Analyzing COVID-19 US data with Tableau and creating Dashboards
Being a Business Analytics graduate student, I’ve always leveraged python’s open libraries: Matplotlib, Ggplot, Bokeh and Seaborn for data visualizations. From data analytics and visualization point of view these libraries are remarkable but the lengthy code part can sometimes be a tad time consuming. This is where Tableau comes in handy. A no-code interactive data visualization software that is useful for creating dashboards and analyzing data for data-driven decision making of a business.
To illustrate how easy it is to use Tableau, we’ll create a dashboard and conduct analysis on the COVID-19 in USA dataset available on Kaggle. This data is obtained from COVID-19 Tracking project and NYTimes and has information on COVID-19 cases from 50 US states and the District of Columbia at daily level.
Getting started with Tableau
To get started with Tableau you can either download Tableau Desktop (the paid version) or Tableau Public (the free version). With Tableau Public you can use most of the software functions, however, the only caveat is it does not allow you to save your workbooks locally.
Creating Heatmaps, Charts and Graphs
After uploading the data on Tableau the next step is to create relevant charts and graphs on worksheets.
Tip: A brief Tableau tutorial that covers the basic Tableau functionality like uploading & cleaning the data, working on worksheets, formatting and creating charts and graphs.
Creating a Dashboard
The worksheets created can then be compiled together on a dashboard.If you closely look at the dashboard you’d see that we’re able to select a particular date, a state or multiple states to visualize Total Cases, Total Positive Cases, Total Recovered Cases, Daily Positive Cases and Daily Deaths all at once.
We can also select a state by just clicking on the bubble (belonging to that state) drawn on the map.
Currently the dashboard shows the Total Cases, Total Positive Cases, Total Recovered Cases, Daily Positive Cases and Daily Deaths for all the states in the US. We can clearly see how the daily positive cases and daily deaths started rising in March end, the reason why most of the states issued lockdown orders. After over 2 months of lockdown the cases appear to decrease, also the time when most states eased down on the lockdown orders and scheduled their Phase-I reopening.
Here’s a quick tutorial on creating the above dashboard in under 4 minutes
One can create multiple dashboards and add them as tabs. Another way of presenting multiple tabs in Tableau is by using the “Story” option. For the purpose of our analysis, I’ve created another dashboard - a heatmap for the Toal Tests Conducted Daily in the 50 US states.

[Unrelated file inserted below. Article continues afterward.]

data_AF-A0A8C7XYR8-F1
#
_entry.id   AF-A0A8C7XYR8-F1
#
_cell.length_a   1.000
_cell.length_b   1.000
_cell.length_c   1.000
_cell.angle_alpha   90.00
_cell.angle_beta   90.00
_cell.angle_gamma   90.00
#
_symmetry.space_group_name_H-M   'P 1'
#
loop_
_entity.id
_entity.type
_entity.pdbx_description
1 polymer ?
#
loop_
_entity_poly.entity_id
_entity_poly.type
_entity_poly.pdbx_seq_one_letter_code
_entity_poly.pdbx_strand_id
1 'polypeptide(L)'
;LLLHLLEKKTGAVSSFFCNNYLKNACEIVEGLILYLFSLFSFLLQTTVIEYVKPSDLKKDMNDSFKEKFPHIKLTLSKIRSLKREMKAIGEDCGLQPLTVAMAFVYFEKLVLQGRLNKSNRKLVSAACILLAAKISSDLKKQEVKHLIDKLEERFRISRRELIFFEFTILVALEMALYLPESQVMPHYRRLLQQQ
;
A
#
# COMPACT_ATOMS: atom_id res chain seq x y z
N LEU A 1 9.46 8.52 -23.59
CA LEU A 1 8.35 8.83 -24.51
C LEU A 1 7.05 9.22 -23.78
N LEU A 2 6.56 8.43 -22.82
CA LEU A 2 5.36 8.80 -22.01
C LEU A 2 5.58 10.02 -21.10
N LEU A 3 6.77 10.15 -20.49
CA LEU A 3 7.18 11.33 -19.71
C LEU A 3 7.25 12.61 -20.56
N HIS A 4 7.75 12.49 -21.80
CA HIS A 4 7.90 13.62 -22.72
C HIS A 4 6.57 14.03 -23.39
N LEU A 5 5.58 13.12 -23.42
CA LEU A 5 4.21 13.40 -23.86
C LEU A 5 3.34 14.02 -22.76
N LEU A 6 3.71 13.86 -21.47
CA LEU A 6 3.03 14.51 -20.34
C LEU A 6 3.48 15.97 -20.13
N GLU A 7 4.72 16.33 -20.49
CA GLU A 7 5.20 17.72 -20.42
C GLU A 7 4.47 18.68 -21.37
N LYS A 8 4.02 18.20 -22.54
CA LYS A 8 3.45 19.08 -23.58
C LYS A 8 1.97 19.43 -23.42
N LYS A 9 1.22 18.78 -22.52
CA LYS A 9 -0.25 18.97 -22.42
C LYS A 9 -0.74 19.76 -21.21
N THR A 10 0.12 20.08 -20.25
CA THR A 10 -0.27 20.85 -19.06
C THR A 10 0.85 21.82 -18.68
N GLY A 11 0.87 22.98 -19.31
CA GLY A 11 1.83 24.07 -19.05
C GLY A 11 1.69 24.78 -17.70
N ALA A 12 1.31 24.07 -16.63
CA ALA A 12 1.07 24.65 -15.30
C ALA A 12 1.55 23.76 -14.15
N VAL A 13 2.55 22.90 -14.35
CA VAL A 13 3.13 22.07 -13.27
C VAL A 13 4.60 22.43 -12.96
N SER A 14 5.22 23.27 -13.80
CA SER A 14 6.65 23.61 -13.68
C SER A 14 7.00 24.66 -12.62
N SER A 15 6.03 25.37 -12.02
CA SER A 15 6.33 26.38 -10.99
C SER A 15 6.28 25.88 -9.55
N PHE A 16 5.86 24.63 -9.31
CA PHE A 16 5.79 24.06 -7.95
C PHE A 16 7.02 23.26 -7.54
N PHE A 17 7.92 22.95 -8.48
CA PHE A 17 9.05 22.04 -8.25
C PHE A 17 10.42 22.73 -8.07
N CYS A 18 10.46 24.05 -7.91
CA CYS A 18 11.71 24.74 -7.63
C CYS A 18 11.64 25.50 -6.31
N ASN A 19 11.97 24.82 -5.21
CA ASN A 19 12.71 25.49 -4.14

Let’s have a look at few states:
New York (NY)
- The Daily Positive Cases appears to be low in March, but starting April beginning there was an exponential rise. One of the reasons for the low daily positive cases, as per the heatmap, can be the fact that the number of tests conducted in March were significantly low.
- The Daily Positive Cases and Daily Deaths were significantly high during the month of April and May, which is when the state issued the lockdown order and banned international travel.
- Mid May onwards the number of cases started to decrease and June 8th the state scheduled it’s Phase-I reopening.
- In January, Washington was the first state to announce a confirmed coronavirus case. And since Jan, the state experienced an exponential rise both in Daily Positive Cases and Daily Deaths. Finally in mid March, the state prohibited gatherings of over 250 people followed by lockdown order. Between mid March and May number of cases were flat but is experiencing a spike after reopening.
- California was the first state in US to order lockdown in March. Consequently, the cases were significantly low. But as the restrictions to curb the pandemic are being relaxed across US, California, Texas and few other states have recorded their worst week yet for new coronavirus infections.
Tableau is a great and easy to learn business intelligence software that helps businesses in making better data driven-decisions. Apart from its diverse visualizations advantages, Tableau easily integrates with Python and R. This functionality offers people the flexibility to directly import Python and R scripts in Tableau and take advantage of its visualizations. If you’re interested in learning more about Tableau, check out the free learning videos on their website.